Huawei is also focused on enabling SMEs, by making it easier for small enterprises to get access to a range of digital infrastructure, technologies, expertise, and Artificial Intelligence.

Holding True to Social Values

As societies worldwide grapple with the effects of climate change and the challenges of ensuring environmental sustainability, technology is playing a critical and growing role in mitigating human impact on the environment.

Digital technology has immense potential to promote sustainable development while creating greater social value through innovation and collaboration. Whether it’s ensuring biodiversity through digital solutions or achieving energy efficiency through better-designed ICT infrastructure and networks, Huawei is constantly pushing boundaries, developing solutions that help industries address the growing challenges of climate change and biodiversity loss.

Driving Technology Forward for the Future

Research and development (R&D) are the key to innovative new products, services, and business models, but to deliver genuine value, R&D must be deeply embedded in the organisation’s mission and culture. Huawei’s commitment to innovation and driving digital technology is evident in its consistent commitment to R&D: 54.8% of Huawei’s workforce is engaged in R&D, working on US$132.5 billion worth of R&D investments in the last decade. Today, Huawei possesses one of the largest patent portfolios in the world, with active patents across over 45,000 patent families.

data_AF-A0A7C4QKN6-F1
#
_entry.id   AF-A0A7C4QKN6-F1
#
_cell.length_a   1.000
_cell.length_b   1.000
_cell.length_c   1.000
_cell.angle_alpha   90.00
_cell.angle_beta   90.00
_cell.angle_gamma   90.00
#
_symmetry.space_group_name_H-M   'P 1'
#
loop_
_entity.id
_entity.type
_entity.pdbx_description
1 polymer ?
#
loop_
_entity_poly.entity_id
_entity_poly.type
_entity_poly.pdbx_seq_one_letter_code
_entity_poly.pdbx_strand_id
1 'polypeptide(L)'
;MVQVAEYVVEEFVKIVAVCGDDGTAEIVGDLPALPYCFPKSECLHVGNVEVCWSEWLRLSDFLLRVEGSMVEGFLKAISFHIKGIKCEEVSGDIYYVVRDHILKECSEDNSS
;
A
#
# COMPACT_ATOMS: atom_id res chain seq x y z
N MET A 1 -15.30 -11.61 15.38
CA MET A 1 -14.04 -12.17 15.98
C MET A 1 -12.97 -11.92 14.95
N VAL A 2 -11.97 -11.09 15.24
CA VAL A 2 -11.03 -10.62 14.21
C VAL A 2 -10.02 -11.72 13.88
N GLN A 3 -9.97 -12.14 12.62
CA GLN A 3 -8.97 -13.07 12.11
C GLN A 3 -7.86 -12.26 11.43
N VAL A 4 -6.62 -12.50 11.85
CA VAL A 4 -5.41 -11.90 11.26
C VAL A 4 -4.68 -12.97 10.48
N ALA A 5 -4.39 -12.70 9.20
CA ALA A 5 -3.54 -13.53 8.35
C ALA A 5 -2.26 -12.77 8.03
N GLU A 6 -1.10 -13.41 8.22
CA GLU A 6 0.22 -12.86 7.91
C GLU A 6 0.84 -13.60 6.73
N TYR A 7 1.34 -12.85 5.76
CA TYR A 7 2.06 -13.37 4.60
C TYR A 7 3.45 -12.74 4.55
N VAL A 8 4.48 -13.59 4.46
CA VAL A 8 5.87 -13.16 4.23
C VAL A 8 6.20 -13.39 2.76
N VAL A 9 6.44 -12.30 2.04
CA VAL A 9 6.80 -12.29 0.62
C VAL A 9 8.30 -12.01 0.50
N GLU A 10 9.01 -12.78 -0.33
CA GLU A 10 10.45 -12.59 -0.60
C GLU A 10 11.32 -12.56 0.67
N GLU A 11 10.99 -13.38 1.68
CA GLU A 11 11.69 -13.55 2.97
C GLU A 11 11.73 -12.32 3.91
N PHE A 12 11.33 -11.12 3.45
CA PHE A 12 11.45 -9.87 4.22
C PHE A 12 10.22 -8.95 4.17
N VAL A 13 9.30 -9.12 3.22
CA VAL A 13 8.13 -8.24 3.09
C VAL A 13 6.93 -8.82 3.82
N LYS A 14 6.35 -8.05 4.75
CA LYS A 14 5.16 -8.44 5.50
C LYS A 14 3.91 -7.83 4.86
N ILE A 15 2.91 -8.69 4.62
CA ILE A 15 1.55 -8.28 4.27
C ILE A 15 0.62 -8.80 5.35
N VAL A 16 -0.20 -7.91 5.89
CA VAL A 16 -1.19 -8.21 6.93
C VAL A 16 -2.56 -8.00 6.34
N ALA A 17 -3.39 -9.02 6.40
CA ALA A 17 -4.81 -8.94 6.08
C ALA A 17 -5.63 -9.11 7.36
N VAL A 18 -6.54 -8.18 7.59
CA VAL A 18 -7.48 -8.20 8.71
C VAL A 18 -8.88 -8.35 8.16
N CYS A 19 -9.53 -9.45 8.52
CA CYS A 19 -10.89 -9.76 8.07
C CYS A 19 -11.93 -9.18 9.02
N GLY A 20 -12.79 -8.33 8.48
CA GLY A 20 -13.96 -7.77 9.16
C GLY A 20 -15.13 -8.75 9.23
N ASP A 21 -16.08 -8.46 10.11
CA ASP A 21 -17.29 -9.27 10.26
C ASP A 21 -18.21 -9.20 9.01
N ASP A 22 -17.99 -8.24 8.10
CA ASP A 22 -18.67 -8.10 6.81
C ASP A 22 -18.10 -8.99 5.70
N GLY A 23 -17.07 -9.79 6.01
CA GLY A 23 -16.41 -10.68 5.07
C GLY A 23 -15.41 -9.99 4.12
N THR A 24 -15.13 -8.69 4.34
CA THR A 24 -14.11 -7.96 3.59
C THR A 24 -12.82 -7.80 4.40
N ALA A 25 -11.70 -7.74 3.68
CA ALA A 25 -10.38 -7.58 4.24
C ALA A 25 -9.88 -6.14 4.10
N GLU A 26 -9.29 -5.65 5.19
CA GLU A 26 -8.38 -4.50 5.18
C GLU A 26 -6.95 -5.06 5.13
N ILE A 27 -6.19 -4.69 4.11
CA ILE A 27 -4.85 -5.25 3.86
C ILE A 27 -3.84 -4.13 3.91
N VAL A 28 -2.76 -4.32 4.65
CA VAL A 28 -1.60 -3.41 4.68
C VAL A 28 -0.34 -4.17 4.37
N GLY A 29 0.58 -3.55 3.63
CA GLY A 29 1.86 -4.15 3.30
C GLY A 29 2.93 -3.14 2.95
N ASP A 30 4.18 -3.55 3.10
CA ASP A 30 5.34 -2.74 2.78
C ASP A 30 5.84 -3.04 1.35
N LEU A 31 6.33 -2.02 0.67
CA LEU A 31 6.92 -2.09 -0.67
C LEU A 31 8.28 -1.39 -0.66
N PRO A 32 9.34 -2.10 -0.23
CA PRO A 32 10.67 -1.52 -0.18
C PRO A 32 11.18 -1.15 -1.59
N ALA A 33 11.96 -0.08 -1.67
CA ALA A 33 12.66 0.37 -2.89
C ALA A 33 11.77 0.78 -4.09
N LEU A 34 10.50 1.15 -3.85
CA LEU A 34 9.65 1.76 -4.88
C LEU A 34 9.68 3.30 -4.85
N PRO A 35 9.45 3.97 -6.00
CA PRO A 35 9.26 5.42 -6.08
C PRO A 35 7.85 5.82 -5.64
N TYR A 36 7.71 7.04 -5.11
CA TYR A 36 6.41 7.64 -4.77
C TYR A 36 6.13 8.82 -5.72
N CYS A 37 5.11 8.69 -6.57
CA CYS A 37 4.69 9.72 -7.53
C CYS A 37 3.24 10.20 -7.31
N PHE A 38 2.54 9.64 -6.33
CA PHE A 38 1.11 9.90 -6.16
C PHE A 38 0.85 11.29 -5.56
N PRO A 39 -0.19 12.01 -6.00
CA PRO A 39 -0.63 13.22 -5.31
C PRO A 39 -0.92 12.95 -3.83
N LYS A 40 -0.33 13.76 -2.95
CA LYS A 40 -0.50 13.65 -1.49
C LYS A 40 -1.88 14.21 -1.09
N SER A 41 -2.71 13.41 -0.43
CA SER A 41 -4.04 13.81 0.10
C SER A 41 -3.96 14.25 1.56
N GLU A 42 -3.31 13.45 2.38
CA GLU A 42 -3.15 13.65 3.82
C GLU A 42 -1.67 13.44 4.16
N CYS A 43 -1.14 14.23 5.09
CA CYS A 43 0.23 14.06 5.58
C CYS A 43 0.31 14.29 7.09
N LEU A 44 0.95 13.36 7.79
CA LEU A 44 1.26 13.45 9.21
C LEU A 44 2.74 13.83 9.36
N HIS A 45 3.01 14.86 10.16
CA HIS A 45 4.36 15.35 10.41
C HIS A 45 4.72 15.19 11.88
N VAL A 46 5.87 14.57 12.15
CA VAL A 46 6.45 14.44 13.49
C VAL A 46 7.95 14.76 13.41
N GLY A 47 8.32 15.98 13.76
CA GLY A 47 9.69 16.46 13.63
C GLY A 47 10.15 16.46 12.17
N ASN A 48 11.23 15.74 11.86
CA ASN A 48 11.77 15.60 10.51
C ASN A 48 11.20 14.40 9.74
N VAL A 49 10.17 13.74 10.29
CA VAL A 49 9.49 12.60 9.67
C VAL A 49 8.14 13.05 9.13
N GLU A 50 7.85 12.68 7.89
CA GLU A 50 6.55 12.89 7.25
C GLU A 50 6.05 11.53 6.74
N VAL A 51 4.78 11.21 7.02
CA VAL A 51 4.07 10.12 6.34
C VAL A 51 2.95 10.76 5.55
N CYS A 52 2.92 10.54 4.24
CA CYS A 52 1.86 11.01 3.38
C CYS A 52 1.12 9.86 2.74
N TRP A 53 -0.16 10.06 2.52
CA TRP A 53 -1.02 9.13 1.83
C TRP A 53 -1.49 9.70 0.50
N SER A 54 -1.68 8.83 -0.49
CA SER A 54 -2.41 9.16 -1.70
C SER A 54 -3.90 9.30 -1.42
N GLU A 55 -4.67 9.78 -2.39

At MWC 2023, Huawei launched its latest innovations:

A new series of smart campus network solutions, built on Wi-Fi 7 and 50G PON technologies.

The first data centre ransomware protection solution, powered by network-storage collaboration.

Huawei Cloud’s KooVerse unified cloud infrastructure and new cloud services, such as LandingZone and GaussDB, to help enterprises of all sizes embrace and leverage the cloud.

“Digital technology is the right place for us to help industries go digital. Huawei will focus on connectivity, computing, cloud, and other digital technologies. We will continue inspiring innovation to drive industry digital transformation.” said Bob Chen, Vice President of Enterprise BG, Huawei, at the summit.

In his keynote speech, Bob Chen outlined how digital technologies have impacted the development of the world’s economy, cultures, societies, and environment.


Huawei today is a trusted partner to over 700 cities as well as 267 Fortune 500 companies around the world. Looking to the future, Huawei will continue to build on its strengths in the digital enterprise segment, grow with customers and partners, and lead innovation in digital infrastructure.